The irony is the warrior and the child must co-exist. One without the other accomplishes little. They balance each other. Too much child and nothing is conquered, although great intentions exist. Too much warrior and aggression overcomes obedience. You conquer but you don’t think about the ramifications.
The child keeps the warrior focused on what’s right; the warrior keeps the child from shrinking away to inactivity.
It’s an important fact to know, because sometimes we have to drop our swords and allow God to minister to the child within.
Children behave in such wonder during the Christmas season. As we get older our identity can appear more warrior than child, but very few things are as precious as seeing a child open a present on Christmas morning. They express such purity, such expectation. They may tear off the wrapping paper like a warrior, but their countenance is one of a child.
There are times to be a warrior. There are times to take ground and conquer the enemy. Nothing illustrates this more than Jesus’ return in Revelation 19:11-16.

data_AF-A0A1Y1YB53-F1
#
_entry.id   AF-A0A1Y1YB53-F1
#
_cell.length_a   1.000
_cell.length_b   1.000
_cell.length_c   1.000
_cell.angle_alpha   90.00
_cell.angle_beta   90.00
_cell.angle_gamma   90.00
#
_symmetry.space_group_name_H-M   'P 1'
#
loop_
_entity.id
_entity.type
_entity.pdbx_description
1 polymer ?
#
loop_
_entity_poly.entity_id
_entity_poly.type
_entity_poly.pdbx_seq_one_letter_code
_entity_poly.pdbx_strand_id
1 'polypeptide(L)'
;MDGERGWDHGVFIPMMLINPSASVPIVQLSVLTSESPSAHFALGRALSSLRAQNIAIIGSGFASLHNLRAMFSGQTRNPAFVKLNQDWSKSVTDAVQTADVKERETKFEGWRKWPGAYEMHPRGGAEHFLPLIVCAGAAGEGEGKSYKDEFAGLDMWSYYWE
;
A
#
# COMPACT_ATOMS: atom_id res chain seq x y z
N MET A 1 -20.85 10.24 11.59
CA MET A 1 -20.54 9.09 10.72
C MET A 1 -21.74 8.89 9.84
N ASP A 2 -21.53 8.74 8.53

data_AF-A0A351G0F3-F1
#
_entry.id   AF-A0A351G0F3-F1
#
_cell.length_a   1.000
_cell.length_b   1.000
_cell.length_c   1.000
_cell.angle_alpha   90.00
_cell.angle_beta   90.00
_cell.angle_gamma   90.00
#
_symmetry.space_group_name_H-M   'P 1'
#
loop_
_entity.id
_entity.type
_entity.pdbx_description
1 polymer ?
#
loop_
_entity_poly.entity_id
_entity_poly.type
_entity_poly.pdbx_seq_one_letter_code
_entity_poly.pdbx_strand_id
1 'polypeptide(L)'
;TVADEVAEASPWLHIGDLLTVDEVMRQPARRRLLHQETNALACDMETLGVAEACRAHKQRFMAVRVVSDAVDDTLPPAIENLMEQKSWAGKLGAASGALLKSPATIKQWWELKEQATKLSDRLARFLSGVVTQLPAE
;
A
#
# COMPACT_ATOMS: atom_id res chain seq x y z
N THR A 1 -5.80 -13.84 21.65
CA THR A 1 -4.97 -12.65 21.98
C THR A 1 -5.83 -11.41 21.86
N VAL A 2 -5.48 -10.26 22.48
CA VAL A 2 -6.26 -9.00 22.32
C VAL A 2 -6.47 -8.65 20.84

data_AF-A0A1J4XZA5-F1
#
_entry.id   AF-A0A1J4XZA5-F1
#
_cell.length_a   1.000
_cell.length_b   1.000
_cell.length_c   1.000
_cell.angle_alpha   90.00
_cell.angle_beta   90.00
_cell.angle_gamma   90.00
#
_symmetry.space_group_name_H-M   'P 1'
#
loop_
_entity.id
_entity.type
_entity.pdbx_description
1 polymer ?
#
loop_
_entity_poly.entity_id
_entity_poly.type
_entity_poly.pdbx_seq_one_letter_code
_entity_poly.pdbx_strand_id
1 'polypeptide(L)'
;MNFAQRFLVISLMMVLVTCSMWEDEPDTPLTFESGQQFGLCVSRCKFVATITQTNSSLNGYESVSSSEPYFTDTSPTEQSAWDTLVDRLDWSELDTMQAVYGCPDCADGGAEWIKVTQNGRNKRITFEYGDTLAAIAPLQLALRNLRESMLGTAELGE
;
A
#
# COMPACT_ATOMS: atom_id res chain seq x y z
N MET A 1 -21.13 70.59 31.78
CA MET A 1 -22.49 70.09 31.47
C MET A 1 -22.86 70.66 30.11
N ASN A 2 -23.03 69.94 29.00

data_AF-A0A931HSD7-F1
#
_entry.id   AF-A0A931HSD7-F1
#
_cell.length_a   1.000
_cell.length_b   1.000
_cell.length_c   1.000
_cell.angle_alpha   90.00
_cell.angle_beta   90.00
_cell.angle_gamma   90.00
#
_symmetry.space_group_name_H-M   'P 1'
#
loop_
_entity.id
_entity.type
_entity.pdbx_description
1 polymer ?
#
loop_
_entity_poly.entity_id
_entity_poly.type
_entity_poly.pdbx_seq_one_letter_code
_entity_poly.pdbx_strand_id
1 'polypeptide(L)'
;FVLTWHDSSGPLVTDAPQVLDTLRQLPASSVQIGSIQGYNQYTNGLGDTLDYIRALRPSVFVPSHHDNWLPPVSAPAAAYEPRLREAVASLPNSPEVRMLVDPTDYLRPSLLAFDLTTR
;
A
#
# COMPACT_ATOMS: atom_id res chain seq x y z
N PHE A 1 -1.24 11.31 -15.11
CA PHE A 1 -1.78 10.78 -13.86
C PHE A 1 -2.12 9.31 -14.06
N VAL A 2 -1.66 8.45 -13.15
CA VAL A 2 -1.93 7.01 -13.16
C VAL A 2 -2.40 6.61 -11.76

“I saw heaven standing open and there before me was a white horse, whose rider is called Faithful and True. With justice he judges and wages war. His eyes are like blazing fire, and on his head are many crowns. He has a name written on him that no one knows but he himself. He is dressed in a robe dipped in blood, and his name is the Word of God. The armies of heaven were following him, riding on white horses and dressed in fine linen, white and clean. Coming out of his mouth is a sharp sword with which to strike down the nations. ‘He will rule them with an iron scepter.’ He treads the winepress of the fury of the wrath of God Almighty. On his robe and on his thigh he has this name written: king of kings and lord of lords” (NIV).
He was clearly a warrior, but he was also clearly a child. John 5:19 says, “Jesus gave them this answer: ‘Very truly I tell you, the Son can do nothing by himself; he can do only what he sees his Father doing, because whatever the Father does the Son also does’” (NIV).
He was fully dependent on His father. Some would say that a child who is fully dependent on their father has not fully matured, but in the Kingdom of God this isn’t the case.
We were not created to mature to a place where we no longer need our Father God.